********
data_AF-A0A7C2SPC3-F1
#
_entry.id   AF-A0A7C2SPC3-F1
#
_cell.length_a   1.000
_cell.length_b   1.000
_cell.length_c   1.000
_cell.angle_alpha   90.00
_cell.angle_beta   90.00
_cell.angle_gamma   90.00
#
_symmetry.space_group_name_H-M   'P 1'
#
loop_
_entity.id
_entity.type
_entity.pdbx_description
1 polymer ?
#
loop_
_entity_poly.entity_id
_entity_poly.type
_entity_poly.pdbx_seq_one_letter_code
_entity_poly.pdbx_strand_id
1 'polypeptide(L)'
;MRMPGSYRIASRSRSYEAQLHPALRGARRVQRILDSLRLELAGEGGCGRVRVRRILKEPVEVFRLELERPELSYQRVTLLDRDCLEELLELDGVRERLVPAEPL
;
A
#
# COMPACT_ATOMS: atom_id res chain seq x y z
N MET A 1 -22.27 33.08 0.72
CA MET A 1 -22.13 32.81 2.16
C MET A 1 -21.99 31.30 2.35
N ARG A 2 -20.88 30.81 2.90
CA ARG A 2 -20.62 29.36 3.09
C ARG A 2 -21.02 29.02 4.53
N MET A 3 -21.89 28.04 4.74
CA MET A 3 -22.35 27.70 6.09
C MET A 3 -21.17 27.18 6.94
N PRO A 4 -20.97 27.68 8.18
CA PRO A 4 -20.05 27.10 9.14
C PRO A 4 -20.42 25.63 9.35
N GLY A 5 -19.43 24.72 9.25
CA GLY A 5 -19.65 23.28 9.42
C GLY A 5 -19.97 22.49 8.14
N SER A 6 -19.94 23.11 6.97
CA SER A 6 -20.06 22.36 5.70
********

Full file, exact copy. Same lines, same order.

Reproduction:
data_AF-A0A7C2SPC3-F1
#
_entry.id   AF-A0A7C2SPC3-F1
#
_cell.length_a   1.000
_cell.length_b   1.000
_cell.length_c   1.000
_cell.angle_alpha   90.00
_cell.angle_beta   90.00
_cell.angle_gamma   90.00
#
_symmetry.space_group_name_H-M   'P 1'
#
loop_
_entity.id
_entity.type
_entity.pdbx_description
1 polymer ?
#
loop_
_entity_poly.entity_id
_entity_poly.type
_entity_poly.pdbx_seq_one_letter_code
_entity_poly.pdbx_strand_id
1 'polypeptide(L)'
;MRMPGSYRIASRSRSYEAQLHPALRGARRVQRILDSLRLELAGEGGCGRVRVRRILKEPVEVFRLELERPELSYQRVTLLDRDCLEELLELDGVRERLVPAEPL
;
A
#
# COMPACT_ATOMS: atom_id res chain seq x y z
N MET A 1 -22.27 33.08 0.72
CA MET A 1 -22.13 32.81 2.16
C MET A 1 -21.99 31.30 2.35
N ARG A 2 -20.88 30.81 2.90
CA ARG A 2 -20.62 29.36 3.09
C ARG A 2 -21.02 29.02 4.53
N MET A 3 -21.89 28.04 4.74
CA MET A 3 -22.35 27.70 6.09
C MET A 3 -21.17 27.18 6.94
N PRO A 4 -20.97 27.68 8.18
CA PRO A 4 -20.05 27.10 9.14
C PRO A 4 -20.42 25.63 9.35
N GLY A 5 -19.43 24.72 9.25
CA GLY A 5 -19.65 23.28 9.42
C GLY A 5 -19.97 22.49 8.14
N SER A 6 -19.94 23.11 6.97
CA SER A 6 -20.06 22.36 5.70